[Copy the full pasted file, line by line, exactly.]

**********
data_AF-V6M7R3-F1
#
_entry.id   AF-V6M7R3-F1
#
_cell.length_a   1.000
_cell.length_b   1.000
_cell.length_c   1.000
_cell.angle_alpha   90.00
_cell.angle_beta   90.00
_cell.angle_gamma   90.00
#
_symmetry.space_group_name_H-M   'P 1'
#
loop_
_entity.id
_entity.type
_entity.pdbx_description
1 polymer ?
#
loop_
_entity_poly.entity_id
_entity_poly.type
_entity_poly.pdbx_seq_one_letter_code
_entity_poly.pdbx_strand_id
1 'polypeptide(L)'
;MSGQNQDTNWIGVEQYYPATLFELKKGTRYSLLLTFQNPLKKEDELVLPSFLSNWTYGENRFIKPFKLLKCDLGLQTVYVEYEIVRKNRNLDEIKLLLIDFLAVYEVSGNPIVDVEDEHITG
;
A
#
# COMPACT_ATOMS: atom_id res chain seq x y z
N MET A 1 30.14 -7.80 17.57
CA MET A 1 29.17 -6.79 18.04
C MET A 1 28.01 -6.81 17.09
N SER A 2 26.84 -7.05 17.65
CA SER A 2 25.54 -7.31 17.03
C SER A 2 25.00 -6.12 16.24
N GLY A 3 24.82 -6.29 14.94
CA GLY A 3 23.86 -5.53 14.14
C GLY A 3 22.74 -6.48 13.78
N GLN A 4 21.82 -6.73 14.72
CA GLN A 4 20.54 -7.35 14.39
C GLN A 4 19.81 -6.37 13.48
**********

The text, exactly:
data_AF-V6M7R3-F1
#
_entry.id   AF-V6M7R3-F1
#
_cell.length_a   1.000
_cell.length_b   1.000
_cell.length_c   1.000
_cell.angle_alpha   90.00
_cell.angle_beta   90.00
_cell.angle_gamma   90.00
#
_symmetry.space_group_name_H-M   'P 1'
#
loop_
_entity.id
_entity.type
_entity.pdbx_description
1 polymer ?
#
loop_
_entity_poly.entity_id
_entity_poly.type
_entity_poly.pdbx_seq_one_letter_code
_entity_poly.pdbx_strand_id
1 'polypeptide(L)'
;MSGQNQDTNWIGVEQYYPATLFELKKGTRYSLLLTFQNPLKKEDELVLPSFLSNWTYGENRFIKPFKLLKCDLGLQTVYVEYEIVRKNRNLDEIKLLLIDFLAVYEVSGNPIVDVEDEHITG
;
A
#
# COMPACT_ATOMS: atom_id res chain seq x y z
N MET A 1 30.14 -7.80 17.57
CA MET A 1 29.17 -6.79 18.04
C MET A 1 28.01 -6.81 17.09
N SER A 2 26.84 -7.05 17.65
CA SER A 2 25.54 -7.31 17.03
C SER A 2 25.00 -6.12 16.24
N GLY A 3 24.82 -6.29 14.94
CA GLY A 3 23.86 -5.53 14.14
C GLY A 3 22.74 -6.48 13.78
N GLN A 4 21.82 -6.73 14.72
CA GLN A 4 20.54 -7.35 14.39
C GLN A 4 19.81 -6.37 13.48